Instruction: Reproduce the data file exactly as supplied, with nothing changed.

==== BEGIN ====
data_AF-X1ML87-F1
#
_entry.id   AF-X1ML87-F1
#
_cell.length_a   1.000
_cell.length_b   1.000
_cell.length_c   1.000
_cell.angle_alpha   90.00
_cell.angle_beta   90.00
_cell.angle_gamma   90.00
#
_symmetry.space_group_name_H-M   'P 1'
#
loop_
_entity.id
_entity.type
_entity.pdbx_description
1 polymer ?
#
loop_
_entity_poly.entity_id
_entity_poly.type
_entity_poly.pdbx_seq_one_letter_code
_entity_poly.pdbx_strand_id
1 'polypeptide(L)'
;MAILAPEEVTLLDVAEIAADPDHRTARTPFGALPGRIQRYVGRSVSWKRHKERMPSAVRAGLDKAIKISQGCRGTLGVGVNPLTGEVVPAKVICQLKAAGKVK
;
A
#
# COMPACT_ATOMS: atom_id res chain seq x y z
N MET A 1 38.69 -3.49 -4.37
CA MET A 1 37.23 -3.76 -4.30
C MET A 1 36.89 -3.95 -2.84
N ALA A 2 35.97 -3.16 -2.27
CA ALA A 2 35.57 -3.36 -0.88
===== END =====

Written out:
data_AF-X1ML87-F1
#
_entry.id   AF-X1ML87-F1
#
_cell.length_a   1.000
_cell.length_b   1.000
_cell.length_c   1.000
_cell.angle_alpha   90.00
_cell.angle_beta   90.00
_cell.angle_gamma   90.00
#
_symmetry.space_group_name_H-M   'P 1'
#
loop_
_entity.id
_entity.type
_entity.pdbx_description
1 polymer ?
#
loop_
_entity_poly.entity_id
_entity_poly.type
_entity_poly.pdbx_seq_one_letter_code
_entity_poly.pdbx_strand_id
1 'polypeptide(L)'
;MAILAPEEVTLLDVAEIAADPDHRTARTPFGALPGRIQRYVGRSVSWKRHKERMPSAVRAGLDKAIKISQGCRGTLGVGVNPLTGEVVPAKVICQLKAAGKVK
;
A
#
# COMPACT_ATOMS: atom_id res chain seq x y z
N MET A 1 38.69 -3.49 -4.37
CA MET A 1 37.23 -3.76 -4.30
C MET A 1 36.89 -3.95 -2.84
N ALA A 2 35.97 -3.16 -2.27
CA ALA A 2 35.57 -3.36 -0.88